The Canal (2014) – IMDb
The Canal is one of those effective mood pieces. It’s stuck between horror and thriller about a man uncovering a ghostly mystery from a century ago. I would like to keep this review short for I feel this is a movie I don’t want to give too much away. I overlooked this movie countless times since the original cover on Netflix suggests a B movie that was unsatisfactory and boring. Although, some reviews claimed this was rather good, so i took a risk in playing this film and sacrificing 90 minutes of my time. The Canal is deviously unexpected.
The story is somewhat a cliche in the horror/thriller department but it definitely makes up for brood atmosphere and a terrifying conclusion. Without trying to give too much away, this movie is in close relation with the movie Sinister. I found horror movies to either end not well and obscure or really well but either tragically or with contentment. This is the latter, but it left me jaw dropped and I had my hand over my mouth. This is not common in my movie watching, believe me. The movie is slow but the unexpected graphic scenes and the mystery will keep you hooked. There are no real jump scares but this is where the atmosphere and eeriness creeps in. Towards the second half, it just becomes increasingly unnerving.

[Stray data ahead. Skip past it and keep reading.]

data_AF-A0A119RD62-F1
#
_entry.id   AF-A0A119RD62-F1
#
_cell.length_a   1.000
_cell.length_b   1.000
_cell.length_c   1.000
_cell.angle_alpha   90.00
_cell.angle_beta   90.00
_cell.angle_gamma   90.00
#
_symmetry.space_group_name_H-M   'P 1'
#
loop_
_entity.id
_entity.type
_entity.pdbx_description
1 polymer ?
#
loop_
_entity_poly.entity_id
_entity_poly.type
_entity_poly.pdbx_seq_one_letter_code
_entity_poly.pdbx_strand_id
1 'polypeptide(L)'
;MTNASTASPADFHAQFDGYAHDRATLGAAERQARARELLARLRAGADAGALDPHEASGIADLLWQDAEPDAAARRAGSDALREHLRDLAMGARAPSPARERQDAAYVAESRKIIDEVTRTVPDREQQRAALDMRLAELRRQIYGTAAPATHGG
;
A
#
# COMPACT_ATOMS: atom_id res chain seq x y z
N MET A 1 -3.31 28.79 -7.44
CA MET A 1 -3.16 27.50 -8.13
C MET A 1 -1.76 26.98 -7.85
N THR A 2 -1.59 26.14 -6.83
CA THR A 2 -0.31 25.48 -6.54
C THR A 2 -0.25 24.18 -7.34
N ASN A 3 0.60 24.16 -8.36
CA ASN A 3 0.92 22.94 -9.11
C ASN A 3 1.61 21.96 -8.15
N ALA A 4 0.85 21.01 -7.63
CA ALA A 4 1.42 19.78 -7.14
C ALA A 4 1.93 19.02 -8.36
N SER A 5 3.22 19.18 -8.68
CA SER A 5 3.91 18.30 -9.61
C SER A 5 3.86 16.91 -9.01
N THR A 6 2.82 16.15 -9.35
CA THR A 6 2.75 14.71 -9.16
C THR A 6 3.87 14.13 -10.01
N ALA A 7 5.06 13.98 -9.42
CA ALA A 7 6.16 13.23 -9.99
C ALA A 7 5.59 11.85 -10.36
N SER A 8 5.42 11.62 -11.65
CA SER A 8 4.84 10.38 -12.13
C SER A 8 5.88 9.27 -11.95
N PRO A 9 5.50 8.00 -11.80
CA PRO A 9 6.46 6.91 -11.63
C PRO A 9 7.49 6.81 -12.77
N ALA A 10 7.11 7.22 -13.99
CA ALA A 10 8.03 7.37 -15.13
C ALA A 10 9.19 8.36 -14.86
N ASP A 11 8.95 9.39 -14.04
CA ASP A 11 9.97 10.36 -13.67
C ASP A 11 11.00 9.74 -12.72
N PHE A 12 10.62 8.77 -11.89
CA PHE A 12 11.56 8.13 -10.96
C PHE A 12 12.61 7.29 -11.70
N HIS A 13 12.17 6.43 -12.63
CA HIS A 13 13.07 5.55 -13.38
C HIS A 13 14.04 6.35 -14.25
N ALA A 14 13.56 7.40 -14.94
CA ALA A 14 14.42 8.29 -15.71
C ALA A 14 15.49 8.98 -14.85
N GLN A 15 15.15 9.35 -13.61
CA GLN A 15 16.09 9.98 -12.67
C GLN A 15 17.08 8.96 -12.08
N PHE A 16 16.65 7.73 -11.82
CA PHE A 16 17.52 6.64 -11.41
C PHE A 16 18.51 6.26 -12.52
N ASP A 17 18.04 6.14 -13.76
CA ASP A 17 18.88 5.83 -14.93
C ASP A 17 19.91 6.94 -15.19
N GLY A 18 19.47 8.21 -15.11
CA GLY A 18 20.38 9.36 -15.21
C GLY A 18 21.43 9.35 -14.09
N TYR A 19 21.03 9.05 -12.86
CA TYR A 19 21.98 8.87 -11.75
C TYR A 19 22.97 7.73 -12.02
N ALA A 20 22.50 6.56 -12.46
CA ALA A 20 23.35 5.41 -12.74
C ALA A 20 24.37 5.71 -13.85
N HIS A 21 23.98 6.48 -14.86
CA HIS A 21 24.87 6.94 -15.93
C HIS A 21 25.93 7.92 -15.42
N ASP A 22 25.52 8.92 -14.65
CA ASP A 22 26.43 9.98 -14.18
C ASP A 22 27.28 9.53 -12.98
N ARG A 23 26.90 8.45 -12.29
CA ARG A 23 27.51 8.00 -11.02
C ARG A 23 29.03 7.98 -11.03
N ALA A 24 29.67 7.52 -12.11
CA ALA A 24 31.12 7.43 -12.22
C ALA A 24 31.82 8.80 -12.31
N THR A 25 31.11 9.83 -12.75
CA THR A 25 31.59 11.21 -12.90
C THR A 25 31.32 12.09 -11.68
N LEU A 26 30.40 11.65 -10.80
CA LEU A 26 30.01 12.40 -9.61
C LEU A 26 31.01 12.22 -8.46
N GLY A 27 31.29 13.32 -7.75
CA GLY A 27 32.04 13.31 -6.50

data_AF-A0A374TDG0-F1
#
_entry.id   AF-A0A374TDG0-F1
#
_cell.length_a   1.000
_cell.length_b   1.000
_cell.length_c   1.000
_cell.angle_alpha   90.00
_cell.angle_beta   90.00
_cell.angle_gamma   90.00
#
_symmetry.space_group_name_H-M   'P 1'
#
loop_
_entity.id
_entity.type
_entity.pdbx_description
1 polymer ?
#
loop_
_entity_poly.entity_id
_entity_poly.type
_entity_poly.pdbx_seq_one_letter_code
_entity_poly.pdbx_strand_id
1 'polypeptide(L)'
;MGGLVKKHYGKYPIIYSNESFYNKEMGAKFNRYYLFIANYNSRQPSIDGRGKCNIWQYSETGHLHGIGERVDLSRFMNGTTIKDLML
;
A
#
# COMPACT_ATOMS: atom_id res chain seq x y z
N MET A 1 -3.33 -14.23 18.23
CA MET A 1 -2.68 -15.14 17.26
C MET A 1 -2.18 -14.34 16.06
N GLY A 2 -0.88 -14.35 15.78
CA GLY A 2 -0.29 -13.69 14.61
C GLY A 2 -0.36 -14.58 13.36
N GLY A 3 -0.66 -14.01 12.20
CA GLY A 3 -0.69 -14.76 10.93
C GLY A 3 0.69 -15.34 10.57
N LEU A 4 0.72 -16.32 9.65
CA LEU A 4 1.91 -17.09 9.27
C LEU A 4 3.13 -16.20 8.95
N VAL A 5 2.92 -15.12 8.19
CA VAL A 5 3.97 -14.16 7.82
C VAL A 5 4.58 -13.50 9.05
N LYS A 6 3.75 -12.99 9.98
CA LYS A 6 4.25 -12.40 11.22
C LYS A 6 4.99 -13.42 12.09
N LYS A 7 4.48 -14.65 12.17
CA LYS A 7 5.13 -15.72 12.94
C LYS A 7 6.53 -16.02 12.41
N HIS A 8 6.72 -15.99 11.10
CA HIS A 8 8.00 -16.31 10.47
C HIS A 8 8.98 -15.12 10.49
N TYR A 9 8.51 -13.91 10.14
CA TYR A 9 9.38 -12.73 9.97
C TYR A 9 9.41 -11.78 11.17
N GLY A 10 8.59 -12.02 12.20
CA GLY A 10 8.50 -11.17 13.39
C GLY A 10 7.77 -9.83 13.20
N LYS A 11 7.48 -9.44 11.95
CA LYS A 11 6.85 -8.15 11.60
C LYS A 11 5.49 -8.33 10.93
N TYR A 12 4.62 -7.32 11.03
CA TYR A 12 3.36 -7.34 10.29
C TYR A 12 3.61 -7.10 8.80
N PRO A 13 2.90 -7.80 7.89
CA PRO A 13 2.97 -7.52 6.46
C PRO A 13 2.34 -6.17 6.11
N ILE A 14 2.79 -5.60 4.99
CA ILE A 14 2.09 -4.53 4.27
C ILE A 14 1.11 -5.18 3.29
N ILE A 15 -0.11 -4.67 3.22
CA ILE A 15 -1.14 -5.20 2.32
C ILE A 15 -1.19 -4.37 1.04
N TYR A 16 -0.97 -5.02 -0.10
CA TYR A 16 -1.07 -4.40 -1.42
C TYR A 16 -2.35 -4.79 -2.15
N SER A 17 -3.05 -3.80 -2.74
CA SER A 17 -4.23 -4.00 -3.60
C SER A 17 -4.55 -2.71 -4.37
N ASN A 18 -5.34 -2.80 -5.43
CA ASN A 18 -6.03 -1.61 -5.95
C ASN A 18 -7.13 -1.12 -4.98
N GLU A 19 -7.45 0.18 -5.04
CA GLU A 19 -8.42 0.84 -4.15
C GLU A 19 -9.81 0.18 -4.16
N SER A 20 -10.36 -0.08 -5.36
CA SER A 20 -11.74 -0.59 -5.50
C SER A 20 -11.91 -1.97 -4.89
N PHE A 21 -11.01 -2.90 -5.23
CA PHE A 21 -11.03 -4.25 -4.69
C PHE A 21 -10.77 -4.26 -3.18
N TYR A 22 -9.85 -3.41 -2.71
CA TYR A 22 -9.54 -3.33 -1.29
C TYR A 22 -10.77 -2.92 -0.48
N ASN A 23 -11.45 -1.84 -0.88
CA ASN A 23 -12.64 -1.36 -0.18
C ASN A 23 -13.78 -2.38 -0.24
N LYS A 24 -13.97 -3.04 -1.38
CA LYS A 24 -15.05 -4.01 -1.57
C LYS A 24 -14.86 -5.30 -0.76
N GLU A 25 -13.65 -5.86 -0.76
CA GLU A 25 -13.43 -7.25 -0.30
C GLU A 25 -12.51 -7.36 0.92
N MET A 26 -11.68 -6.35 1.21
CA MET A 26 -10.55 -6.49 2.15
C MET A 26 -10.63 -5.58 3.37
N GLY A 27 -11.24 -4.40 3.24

Like I said, I did not expect this Irish film to be as effective as it was. When you think you have it all figured out, you get hit with a curve ball. The Canal is subtle, even in the writing. I enjoy finding movies like this, from which ever continent it’s from. The film’s ending, it left my hairs sticking up, and if a movie has that kind of power then I recommend this to be viewed, by horror fans, thrill seekers, mystery hunters, or loners looking for a good scare sitting in the dark like I was tonight.
Apocalypse Now (1979) – IMDb
A magnificent film. After just watching Apocalypse Now I still have a profound feeling of being lost in a cruelly insane, dark but beautiful world. Wonderfully shot by Francis Ford Coppola and relishly written. I couldn’t keep my eyes off the screen with mysterious amazement. I have never seen Vietnam filmed so beautifully and so dangerously. This movie will stand the test of time for it is timeless. One generations will come to watch and seem familiar with because of so many other movies it has inspired today, but still will be viewed as it is iconicly fresh, as in with it’s own zest that can not be coppied. It is brutal, raw, a drug trip down the river hell.